One of the easiest ways to transform your appearance is by brightening your smile. Stained, yellowed teeth make people appear older and less healthy, and whitening is a simple process that can result in a remarkable difference.
Over-the-counter tooth whitening kits are inexpensive and easy to use. “I’ve got some patients who just swear by them, and they think that whitening strips work great,” says Dr. Charles Fuszner, a St. Louis dentist who specializes in cosmetic dental procedures. “Other people have used them and actually spent a lot of money and have seen no results.”
Fuszner says the secret to whitening is less in the chemical and more in the ability to reach every nook and cranny with the whitening agent. That’s where professional whitening can trump strips since whitening strips can be difficult to attach tightly to every contour of the teeth.
To achieve the objective of allowing the bleaching agent to reach all portions of the enamel, custom whitening systems include a tray made to fit the individual by using a mold of the teeth made in the dentist’s office. The whitening chemical is then put into the tray, and the individual generally wears it for one to two hours per day for a two-week period.
“You need to hold the product right up against the tooth for a certain period of time,” Fuszner says. The amount of time needed daily varies somewhat depending on the type of whitening agent used. “There are ways to get around almost anything that is objectionable about the normal, standard process. If somebody wants it done faster or has sensitivity issues, there are ways you can work around that.” However, diverting too much from the typical two-week process can result in less predictable results.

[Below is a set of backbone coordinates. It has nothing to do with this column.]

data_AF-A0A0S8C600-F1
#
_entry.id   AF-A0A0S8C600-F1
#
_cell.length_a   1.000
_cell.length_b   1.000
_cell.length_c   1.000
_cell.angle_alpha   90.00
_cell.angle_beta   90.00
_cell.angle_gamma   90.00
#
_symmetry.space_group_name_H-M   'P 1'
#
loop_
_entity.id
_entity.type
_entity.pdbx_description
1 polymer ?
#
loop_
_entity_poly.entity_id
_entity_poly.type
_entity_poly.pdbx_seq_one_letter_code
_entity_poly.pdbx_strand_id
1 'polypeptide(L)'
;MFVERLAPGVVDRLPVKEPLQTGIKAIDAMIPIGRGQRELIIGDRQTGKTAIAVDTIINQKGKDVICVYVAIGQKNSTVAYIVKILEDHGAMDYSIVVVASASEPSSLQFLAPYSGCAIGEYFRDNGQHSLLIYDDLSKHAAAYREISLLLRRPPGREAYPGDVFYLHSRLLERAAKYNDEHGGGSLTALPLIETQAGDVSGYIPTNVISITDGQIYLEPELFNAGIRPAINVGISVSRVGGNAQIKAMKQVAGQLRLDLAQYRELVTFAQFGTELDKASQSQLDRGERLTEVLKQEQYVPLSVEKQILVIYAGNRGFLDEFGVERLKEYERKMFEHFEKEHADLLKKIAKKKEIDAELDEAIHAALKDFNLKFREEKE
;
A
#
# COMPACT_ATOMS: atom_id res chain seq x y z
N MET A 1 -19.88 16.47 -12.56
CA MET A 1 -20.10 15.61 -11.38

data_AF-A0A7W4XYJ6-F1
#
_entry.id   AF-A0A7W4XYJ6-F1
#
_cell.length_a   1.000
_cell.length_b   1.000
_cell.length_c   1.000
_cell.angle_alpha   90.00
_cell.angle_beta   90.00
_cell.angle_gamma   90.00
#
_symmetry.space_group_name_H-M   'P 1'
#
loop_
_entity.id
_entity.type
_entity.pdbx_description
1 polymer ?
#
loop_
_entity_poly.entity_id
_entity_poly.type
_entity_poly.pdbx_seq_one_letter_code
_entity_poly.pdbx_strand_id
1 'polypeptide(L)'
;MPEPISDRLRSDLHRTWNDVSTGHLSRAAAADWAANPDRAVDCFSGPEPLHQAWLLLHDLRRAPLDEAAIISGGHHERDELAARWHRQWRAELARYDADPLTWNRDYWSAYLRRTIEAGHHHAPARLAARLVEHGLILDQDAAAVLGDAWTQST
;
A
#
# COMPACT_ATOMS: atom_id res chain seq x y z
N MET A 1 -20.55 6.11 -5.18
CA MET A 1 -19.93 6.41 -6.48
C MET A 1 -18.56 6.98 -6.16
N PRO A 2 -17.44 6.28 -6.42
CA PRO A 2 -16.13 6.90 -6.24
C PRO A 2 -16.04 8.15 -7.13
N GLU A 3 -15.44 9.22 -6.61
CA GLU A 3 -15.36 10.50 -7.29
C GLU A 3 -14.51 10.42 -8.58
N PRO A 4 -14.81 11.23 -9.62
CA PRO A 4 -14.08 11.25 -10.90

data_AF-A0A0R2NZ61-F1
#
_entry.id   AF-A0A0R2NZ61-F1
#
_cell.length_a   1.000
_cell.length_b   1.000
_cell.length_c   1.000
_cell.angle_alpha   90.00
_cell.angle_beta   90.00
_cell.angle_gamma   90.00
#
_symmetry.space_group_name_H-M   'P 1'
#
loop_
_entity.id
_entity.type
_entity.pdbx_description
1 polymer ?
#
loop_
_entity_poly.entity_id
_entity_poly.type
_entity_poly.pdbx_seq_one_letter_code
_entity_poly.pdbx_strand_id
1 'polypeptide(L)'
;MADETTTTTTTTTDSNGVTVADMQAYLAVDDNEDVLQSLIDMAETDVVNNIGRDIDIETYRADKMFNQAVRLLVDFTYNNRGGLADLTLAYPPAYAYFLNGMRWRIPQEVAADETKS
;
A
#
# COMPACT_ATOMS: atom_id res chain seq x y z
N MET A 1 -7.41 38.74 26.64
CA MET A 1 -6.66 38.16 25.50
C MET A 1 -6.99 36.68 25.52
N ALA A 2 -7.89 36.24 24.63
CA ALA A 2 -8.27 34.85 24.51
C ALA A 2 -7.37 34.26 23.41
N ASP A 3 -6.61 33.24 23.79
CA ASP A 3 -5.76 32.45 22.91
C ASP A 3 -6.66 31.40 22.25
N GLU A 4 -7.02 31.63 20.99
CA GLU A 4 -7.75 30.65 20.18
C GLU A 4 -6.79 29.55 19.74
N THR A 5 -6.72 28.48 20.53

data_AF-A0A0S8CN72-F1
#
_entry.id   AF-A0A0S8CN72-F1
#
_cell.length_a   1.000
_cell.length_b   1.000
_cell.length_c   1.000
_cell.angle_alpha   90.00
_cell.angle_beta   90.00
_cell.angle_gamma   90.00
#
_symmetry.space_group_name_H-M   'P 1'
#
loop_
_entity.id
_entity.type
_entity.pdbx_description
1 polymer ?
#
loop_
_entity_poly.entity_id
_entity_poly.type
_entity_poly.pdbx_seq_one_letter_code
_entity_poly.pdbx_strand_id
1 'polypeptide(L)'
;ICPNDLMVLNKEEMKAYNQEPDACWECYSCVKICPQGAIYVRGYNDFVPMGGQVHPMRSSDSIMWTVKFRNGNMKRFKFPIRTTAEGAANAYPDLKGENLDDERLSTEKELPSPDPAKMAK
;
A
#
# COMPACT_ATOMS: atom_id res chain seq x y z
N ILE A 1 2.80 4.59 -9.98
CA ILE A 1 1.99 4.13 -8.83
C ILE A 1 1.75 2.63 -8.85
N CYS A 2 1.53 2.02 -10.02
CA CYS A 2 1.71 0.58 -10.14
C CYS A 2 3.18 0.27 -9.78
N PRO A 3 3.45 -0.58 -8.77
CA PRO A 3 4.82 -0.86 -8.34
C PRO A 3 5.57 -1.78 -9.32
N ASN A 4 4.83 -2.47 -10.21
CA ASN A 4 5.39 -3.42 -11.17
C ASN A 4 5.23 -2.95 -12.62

“The next level of whitening is done in the dental chair, in the office,” says Dr. Douglas Watanabe, a dentist with Ballas Dental Care. This ‘chair-side’ process involves very strong chemical agents that can whiten teeth within about an hour but require careful shielding of the gums and soft tissues throughout the procedure.
“The only detrimental aspect of this occurs if you have gum recession and root exposure or sensitive teeth that cause pain and sensitivity to cold,” Watanabe says. “There are treatments that help with that.” He adds that people with sensitive teeth need to be cautious about the whitening process regardless of what type of procedure they choose.
Not everyone is a good candidate for tooth whitening, and realistic expectations are important to a satisfactory outcome. For instance, grayish discoloration caused by the use of tetracycline, often as a child, is difficult to change. It may be lightened a bit but is unlikely to disappear completely. Crowns and fillings will not change color, although some patients with very discolored teeth that are not prone to whitening may choose to explore the option of porcelain veneers, which can give the smile a more consistent color and tooth shape.
Fuszner notes that whitening procedures have been around for years yet have retained their popularity, especially among older people who seek a younger, fresher appearance. Watanabe agrees, saying, “It’s a simple, readily available dental procedure that’s relatively inexpensive.” With so little to lose, it’s worth a conversation with your dentist.